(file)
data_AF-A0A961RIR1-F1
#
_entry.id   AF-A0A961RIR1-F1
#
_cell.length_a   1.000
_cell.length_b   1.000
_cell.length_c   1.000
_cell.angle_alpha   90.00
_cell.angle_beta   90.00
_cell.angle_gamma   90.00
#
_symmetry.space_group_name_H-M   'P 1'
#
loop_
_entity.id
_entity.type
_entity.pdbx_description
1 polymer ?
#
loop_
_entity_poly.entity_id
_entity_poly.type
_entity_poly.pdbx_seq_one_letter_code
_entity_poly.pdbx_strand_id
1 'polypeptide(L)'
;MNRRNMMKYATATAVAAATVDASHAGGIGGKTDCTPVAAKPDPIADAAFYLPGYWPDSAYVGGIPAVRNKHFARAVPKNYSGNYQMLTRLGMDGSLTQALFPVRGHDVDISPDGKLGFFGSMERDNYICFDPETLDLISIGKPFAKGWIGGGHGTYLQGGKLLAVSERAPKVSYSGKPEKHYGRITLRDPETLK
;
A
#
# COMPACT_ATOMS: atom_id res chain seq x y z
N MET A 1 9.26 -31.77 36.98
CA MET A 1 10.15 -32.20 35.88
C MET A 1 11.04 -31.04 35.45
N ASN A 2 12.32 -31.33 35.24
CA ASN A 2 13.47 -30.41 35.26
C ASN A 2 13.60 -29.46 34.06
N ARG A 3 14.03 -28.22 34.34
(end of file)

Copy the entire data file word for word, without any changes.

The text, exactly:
data_AF-A0A961RIR1-F1
#
_entry.id   AF-A0A961RIR1-F1
#
_cell.length_a   1.000
_cell.length_b   1.000
_cell.length_c   1.000
_cell.angle_alpha   90.00
_cell.angle_beta   90.00
_cell.angle_gamma   90.00
#
_symmetry.space_group_name_H-M   'P 1'
#
loop_
_entity.id
_entity.type
_entity.pdbx_description
1 polymer ?
#
loop_
_entity_poly.entity_id
_entity_poly.type
_entity_poly.pdbx_seq_one_letter_code
_entity_poly.pdbx_strand_id
1 'polypeptide(L)'
;MNRRNMMKYATATAVAAATVDASHAGGIGGKTDCTPVAAKPDPIADAAFYLPGYWPDSAYVGGIPAVRNKHFARAVPKNYSGNYQMLTRLGMDGSLTQALFPVRGHDVDISPDGKLGFFGSMERDNYICFDPETLDLISIGKPFAKGWIGGGHGTYLQGGKLLAVSERAPKVSYSGKPEKHYGRITLRDPETLK
;
A
#
# COMPACT_ATOMS: atom_id res chain seq x y z
N MET A 1 9.26 -31.77 36.98
CA MET A 1 10.15 -32.20 35.88
C MET A 1 11.04 -31.04 35.45
N ASN A 2 12.32 -31.33 35.24
CA ASN A 2 13.47 -30.41 35.26
C ASN A 2 13.60 -29.46 34.06
N ARG A 3 14.03 -28.22 34.34